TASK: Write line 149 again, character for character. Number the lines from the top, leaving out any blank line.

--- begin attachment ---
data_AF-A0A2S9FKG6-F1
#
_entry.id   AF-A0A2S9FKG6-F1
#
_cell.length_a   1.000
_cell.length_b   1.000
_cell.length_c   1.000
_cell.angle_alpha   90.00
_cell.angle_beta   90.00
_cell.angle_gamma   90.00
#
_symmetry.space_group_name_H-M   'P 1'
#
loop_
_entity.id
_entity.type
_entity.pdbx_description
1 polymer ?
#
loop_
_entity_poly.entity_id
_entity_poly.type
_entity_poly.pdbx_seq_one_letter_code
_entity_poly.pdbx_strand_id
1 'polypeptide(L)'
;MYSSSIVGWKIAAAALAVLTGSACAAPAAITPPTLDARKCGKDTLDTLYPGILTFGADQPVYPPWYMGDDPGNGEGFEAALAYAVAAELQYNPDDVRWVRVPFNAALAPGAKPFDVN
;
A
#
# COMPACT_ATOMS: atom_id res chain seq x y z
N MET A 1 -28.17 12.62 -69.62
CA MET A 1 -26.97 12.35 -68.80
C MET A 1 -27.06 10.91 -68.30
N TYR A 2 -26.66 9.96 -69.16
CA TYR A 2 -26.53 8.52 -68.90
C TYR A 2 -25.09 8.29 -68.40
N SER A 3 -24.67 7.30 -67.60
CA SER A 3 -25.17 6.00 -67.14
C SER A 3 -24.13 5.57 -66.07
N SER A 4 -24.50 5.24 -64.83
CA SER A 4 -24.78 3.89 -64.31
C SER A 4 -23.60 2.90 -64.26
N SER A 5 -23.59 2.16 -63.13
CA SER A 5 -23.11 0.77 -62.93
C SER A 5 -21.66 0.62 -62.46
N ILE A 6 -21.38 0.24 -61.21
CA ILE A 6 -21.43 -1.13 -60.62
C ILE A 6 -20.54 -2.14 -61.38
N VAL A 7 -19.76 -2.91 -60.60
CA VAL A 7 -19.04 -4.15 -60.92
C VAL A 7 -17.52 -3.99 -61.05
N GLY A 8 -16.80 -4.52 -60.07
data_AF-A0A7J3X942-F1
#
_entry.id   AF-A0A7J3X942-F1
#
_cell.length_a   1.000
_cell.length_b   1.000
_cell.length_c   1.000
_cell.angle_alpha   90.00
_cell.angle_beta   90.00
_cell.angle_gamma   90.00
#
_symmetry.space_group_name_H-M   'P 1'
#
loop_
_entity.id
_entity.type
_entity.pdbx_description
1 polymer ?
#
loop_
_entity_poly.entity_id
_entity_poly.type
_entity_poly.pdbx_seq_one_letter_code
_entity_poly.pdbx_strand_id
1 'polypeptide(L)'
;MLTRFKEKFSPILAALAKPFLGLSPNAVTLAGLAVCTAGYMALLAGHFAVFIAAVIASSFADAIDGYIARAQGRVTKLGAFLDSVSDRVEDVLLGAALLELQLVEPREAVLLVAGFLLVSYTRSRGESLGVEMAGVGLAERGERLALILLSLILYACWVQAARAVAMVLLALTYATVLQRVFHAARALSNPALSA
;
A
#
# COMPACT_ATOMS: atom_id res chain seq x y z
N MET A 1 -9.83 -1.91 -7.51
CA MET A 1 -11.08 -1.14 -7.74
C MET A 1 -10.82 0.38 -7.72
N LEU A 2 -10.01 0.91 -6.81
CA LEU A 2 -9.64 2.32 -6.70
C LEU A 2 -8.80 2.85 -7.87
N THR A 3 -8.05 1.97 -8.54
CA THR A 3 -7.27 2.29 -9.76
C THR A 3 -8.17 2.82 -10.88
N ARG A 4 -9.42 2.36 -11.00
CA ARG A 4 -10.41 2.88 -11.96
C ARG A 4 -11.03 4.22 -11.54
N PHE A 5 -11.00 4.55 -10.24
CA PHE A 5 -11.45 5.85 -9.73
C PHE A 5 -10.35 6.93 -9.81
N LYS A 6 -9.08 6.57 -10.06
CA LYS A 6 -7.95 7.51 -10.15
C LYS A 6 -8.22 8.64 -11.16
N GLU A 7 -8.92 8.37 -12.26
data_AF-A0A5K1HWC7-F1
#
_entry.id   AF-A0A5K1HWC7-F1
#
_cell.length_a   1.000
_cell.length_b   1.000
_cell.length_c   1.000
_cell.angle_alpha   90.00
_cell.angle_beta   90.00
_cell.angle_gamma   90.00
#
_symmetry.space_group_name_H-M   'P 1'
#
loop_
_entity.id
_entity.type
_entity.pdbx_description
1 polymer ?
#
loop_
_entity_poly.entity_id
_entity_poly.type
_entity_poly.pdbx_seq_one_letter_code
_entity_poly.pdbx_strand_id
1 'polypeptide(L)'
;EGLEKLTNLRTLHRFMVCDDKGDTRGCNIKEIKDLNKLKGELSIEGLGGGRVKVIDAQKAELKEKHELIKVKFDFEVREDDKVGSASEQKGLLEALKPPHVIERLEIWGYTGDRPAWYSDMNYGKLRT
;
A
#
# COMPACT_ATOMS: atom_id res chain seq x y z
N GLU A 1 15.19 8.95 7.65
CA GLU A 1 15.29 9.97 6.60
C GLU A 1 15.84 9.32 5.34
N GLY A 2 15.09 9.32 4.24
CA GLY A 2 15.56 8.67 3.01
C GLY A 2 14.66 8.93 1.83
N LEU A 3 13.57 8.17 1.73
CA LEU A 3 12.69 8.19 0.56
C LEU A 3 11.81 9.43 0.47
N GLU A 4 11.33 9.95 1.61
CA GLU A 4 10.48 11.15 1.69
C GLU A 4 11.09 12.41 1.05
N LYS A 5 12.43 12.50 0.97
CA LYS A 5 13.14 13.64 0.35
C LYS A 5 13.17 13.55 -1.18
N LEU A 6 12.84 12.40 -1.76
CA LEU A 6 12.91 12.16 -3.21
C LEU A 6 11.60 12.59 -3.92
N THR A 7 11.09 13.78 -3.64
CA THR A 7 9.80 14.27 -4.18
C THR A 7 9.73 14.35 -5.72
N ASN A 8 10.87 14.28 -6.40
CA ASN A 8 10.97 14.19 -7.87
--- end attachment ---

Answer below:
C LEU A 6 11.60 12.59 -3.92